During the Define phase, the project team creates the first of several process maps. A process map is a picture of the current steps in the process targeted for improvement.
A process map has five major categories of work from the identification of the suppliers of the process, the inputs the suppliers provide, the name of the process, the output of the process, and the customers of the process. Each of these steps is summarized as SIPOC to indicate the steps to the team that must be conducted to complete a process map.
This tool is used during the Analysis stage of DMAIC. The project team reviews data collected during the Measure stage of DMAIC.
It is often suggested that the data be organized into graphs or charts, which makes it easier to understand, what the data is saying about the process.
Data is of two types - Discrete data (go/no go, fail or pass) and Continuous data ( time, hight etc.).
Histogram is useful for continuous data, same way when the data is discrete, most teams create a Pareto chart. Discrete data is counted data - go/no-go, off/on, yes/no, and defect/no defect type data.
An Italian economist Vilfredo Pareto, in the sixteenth century proved mathematically that 80 percent of the world's wealth was controlled by 20 percent of the population. This 80-20 rule eventually proved applicable in arenas other than economics.
When dealing with discrete data, the project team should create reason codes for why a defect occurs, and count and categorize the data into these reason codes and a pareto chart should be prepared.
The goal of a Six Sigma project team is to improve effectiveness and efficiency. Efficiency is measured in terms of cost, time, labor, or value.
The process summary worksheet is a "roll-up" of the sub process map indicating which steps add value in the process and which steps don't add value.
The most important tool to assist the project team in determining root causation is the cause-effect diagram. This tool captures all the ideas of the project team relative to what they feel are the root causes behind the current sigma performance and finally help in finding a root cause of the problem.
Once ideas have been prioritized after use of the cause-effect diagram, the most important thing the project team does is to validate the remaining ideas with fact and data.
The scatter diagram takes an idea about root causation and tracks corresponding data, in the response the team is trying to improve. The team can validate an idea about root causation through one of the three methods. Using basic data collection, a designed experiment, or through the scatter diagram.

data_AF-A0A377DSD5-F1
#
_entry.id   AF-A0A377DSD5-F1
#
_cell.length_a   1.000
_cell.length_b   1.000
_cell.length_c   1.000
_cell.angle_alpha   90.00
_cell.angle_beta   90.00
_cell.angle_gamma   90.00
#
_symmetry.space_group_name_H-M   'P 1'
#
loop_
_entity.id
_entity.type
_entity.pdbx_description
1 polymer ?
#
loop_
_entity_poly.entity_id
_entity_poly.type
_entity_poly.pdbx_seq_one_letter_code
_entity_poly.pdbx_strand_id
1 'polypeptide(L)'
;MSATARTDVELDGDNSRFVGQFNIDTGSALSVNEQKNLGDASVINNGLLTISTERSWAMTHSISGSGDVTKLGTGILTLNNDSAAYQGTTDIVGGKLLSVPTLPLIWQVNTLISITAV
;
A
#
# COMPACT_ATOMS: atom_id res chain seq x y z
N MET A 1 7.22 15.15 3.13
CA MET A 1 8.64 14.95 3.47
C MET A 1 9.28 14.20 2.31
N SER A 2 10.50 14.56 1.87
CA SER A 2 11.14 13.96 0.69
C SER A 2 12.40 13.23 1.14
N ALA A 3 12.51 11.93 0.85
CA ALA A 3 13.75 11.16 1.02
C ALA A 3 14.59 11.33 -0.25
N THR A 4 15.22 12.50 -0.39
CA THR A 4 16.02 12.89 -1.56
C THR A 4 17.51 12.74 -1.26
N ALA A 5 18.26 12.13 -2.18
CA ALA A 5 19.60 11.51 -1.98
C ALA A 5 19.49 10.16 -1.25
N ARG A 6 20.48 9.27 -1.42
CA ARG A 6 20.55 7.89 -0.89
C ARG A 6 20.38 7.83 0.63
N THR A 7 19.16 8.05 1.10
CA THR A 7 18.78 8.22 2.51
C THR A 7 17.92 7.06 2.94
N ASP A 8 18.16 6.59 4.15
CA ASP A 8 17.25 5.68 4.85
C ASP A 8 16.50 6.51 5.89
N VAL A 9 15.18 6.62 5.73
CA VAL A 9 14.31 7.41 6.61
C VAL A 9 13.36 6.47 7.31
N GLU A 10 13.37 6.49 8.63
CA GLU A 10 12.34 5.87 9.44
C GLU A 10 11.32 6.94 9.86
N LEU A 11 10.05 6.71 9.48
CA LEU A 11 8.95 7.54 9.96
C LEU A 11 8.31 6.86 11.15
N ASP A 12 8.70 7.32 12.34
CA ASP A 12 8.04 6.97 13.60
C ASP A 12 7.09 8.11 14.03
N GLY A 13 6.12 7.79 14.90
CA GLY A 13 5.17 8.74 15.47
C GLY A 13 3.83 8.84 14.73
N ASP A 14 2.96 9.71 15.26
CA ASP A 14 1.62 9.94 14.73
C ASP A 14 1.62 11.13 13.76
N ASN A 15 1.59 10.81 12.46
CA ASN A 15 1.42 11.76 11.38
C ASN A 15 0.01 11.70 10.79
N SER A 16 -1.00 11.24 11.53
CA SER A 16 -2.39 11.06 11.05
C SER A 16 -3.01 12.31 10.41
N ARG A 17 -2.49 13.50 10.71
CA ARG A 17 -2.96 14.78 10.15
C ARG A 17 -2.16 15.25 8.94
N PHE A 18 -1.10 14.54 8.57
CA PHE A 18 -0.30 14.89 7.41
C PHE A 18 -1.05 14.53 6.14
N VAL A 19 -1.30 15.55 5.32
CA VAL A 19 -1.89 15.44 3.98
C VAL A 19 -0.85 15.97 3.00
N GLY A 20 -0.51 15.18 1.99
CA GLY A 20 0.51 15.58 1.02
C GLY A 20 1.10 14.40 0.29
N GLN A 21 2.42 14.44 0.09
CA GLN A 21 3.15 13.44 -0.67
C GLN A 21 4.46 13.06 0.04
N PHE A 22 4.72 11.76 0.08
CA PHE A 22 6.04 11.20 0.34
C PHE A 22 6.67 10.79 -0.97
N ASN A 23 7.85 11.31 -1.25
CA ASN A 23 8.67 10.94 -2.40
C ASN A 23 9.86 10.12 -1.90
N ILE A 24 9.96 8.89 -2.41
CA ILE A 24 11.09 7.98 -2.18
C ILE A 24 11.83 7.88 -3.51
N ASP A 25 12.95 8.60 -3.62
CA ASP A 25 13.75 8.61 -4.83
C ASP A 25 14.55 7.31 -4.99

An affinity diagram is used to help sort and categorize a large number of ideas into major themes or categories. It is especially useful when the team is ready to brainstorm solutions in the Improve stage of DMAIC. The steps in creating an affinity diagram are −
Have each team member write one idea per Post-it note and post on a wall randomly.
As ideas are read off for clarification, sort ideas into similar groups.
Create a 'header' card for each general category of ideas below it.
We have discussed the histogram and Pareto chart. Think of both of these tools as similar to a camera where a snapshot of the process has been taken. But the run chart is similar to a camcorder, recording some process element over time.
Similar to a run chart, a control chart uses the data from a run chart to determine the upper and lower control limits. Control limits are the expected limits of variation above and below the average of the data. These limits are mathematically calculated and indicated by dotted lines.
We saw 10 major technical tools that project team members use during the time they are on a Six Sigma team. These are not the only tools a Six Sigma team may use. However, the tools covered here are those that are most common for every team member to be aware of and knowledgeable about.
Before we go ahead, let us define two terms −
A Six Sigma defect is defined as anything outside of customer specifications.
A Six Sigma opportunity is the total quantity of chances for a defect.
This chapter provides a list formulae normally used to measure different metrics related to Six Sigma defects.
Total Number of Defects DPU = ------------------------ Total number of Product Units
The probability of getting 'r' defects in a sample having a given DPU rate can be predicted with the Poisson Distribution.
TO = Total number of Product Units x Opportunities
Total Number of Defects DPO = ------------------------ Total Opportunity
DPMO = DPO x 1,000,000
Defects Per Million Opportunities or DPMO can be then converted to sigma values using Yield to Sigma Conversion Table given in Six Sigma - Measure Phase.
According to the conversion table −
6 Sigma = 3.4 DPMO
|If your yield is||Your DPMO is||Your Sigma is|
We can summarize the following points −
Six Sigma is a philosophy of quality improvement.
Six Sigma is 3.4 defects in one million opportunities (DPMO).
Components of Six Sigma are Customer, Process, and Employees.
Six Sigma implementation requires the following roles −
Master Black Belt
The generic cycle of Six Sigma includes the following phases: Define, Measure, Analyze, Improve, and Control.